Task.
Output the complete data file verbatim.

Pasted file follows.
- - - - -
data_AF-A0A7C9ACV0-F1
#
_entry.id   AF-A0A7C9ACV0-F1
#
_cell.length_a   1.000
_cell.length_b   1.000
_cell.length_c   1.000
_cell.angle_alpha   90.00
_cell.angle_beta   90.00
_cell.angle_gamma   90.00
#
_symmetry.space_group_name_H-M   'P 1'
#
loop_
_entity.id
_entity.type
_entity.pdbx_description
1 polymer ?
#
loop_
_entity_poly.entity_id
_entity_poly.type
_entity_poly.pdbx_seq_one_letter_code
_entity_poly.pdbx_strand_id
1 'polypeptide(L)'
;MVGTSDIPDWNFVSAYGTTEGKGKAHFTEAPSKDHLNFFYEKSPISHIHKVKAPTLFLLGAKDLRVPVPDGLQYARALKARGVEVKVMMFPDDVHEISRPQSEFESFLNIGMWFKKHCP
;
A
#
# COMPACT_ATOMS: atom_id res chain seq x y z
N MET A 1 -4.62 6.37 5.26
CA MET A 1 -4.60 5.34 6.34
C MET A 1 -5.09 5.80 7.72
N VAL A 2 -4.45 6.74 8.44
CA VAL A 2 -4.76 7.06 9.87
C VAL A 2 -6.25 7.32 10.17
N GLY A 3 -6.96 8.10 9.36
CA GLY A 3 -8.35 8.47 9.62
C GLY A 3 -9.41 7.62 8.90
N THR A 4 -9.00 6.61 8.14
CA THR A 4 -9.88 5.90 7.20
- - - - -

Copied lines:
data_AF-A0A7C9ACV0-F1
#
_entry.id   AF-A0A7C9ACV0-F1
#
_cell.length_a   1.000
_cell.length_b   1.000
_cell.length_c   1.000
_cell.angle_alpha   90.00
_cell.angle_beta   90.00
_cell.angle_gamma   90.00
#
_symmetry.space_group_name_H-M   'P 1'
#
loop_
_entity.id
_entity.type
_entity.pdbx_description
1 polymer ?
#
loop_
_entity_poly.entity_id
_entity_poly.type
_entity_poly.pdbx_seq_one_letter_code
_entity_poly.pdbx_strand_id
1 'polypeptide(L)'
;MVGTSDIPDWNFVSAYGTTEGKGKAHFTEAPSKDHLNFFYEKSPISHIHKVKAPTLFLLGAKDLRVPVPDGLQYARALKARGVEVKVMMFPDDVHEISRPQSEFESFLNIGMWFKKHCP
;
A
#
# COMPACT_ATOMS: atom_id res chain seq x y z
N MET A 1 -4.62 6.37 5.26
CA MET A 1 -4.60 5.34 6.34
C MET A 1 -5.09 5.80 7.72
N VAL A 2 -4.45 6.74 8.44
CA VAL A 2 -4.76 7.06 9.87
C VAL A 2 -6.25 7.32 10.17
N GLY A 3 -6.96 8.10 9.36
CA GLY A 3 -8.35 8.47 9.62
C GLY A 3 -9.41 7.62 8.90
N THR A 4 -9.00 6.61 8.14
CA THR A 4 -9.88 5.90 7.20